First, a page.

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Til Death Us Do Part

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Til Death Us Do Part was a BBC television sitcom series written by Johnny Speight[?] that ran from 1964 until 1974. The program starred Warren Mitchell as the racist East End misogynist (and Rudyard Kipling lookalike), Alf Garnett. Also appearing in the series were Dandy Nichols as Alf's long-suffering wife, Else, Una Stubbs as his daughter and Anthony Booth[?] as his layabout son-in-law, whose socialist leanings were the cue for many of Alf's more offensive outbursts. The series was remade in the U.S. as All in the Family and in Germany (1973 - 1976) as Ein Herz und eine Seele[?] ("One Heart and One Soul").

It was a series which addressed racial and political issues at a particularly difficult time in British society. Some viewers consider the series an uncomfortable and disturbing series to watch because of the ambivalence of its political position. Alf was the archetypal working-class Tory. The two subjects that excited him most were football and politics. He used language that was not considered acceptable for broadcasting on television in the 1960s. He normally referred to his son-in-law as a "randy Scouse git" ("Randy Scouse Git" was used as a song title by The Monkees - who didn't know what it meant) and to his wife as a "silly moo" (a substitute for "silly cow" which was vetoed by the BBC's censors). The show was one of several held up by Mary Whitehouse as an example of the BBC's immorality.

Toward the end of the series Dandy Nichols fell ill and was unable to attend the live-audience recordings. The problem was solved by having her pre-record her lines which were then skilfully edited into the show. Eventually even this was too much of a strain, and so in a later episode Else was seen leaving for Australia, much to Alf's dismay.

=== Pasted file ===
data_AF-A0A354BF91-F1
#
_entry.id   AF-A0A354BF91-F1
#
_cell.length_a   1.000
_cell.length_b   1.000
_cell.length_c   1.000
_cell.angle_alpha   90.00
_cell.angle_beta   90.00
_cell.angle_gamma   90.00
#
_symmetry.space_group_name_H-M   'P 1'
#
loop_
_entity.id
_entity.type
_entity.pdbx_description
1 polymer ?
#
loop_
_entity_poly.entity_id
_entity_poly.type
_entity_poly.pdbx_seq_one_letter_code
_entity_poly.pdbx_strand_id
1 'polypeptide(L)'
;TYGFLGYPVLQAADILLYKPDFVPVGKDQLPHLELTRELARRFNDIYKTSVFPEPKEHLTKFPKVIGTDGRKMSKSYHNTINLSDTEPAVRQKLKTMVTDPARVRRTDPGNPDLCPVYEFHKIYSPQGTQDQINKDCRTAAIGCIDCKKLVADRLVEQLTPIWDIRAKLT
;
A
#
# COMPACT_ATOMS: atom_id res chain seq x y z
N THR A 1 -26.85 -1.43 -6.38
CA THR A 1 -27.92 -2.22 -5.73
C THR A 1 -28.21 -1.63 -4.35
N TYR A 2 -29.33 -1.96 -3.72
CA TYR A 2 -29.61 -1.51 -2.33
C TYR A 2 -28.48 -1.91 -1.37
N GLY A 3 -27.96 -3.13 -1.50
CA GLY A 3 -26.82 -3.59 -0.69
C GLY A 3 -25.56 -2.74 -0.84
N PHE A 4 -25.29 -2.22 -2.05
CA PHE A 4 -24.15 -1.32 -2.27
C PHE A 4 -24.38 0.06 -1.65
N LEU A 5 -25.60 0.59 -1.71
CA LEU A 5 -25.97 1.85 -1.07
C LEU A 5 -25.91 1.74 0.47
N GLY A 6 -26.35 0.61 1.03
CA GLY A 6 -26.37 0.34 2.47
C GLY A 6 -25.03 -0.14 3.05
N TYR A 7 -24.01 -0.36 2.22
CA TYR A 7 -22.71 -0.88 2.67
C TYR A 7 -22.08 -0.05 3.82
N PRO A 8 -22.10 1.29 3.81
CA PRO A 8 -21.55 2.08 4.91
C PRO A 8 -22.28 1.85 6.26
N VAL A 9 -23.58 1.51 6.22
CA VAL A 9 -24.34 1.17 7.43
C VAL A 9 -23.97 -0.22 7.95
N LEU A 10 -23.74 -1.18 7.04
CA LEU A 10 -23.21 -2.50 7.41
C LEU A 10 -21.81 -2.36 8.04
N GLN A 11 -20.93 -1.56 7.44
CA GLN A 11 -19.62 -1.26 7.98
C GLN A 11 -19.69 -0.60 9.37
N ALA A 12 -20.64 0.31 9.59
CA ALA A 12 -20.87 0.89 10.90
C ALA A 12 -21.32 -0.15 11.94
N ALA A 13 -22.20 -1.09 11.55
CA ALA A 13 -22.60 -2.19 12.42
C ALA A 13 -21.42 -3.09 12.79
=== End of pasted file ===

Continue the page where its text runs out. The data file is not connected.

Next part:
In the early 1980s the ITV company Central picked up the series and made about 6 episodes under the title Till Death. Although the cast and writer remained the same the series never took off.

In the late 1980s Alf Garnett returned to the BBC for In Sickness and in Health. This took Alf and Else (who was now in a wheelchair) onwards into old age, and some of Alf's more extreme opinions were found to have mellowed. Una Stubbs made some guest appearances but Anthony Booth apparently wasn't interested in reprising his role. After the first series Dandy Nichols died, and so subsequent episodes showed Alf having to deal with the greatest loss of his life - Else's pension book.

Warren Mitchell has also appeared solo on stage and TV as Alf Garnett, dispensing his usual homespun philosophy and singing old music hall songs.



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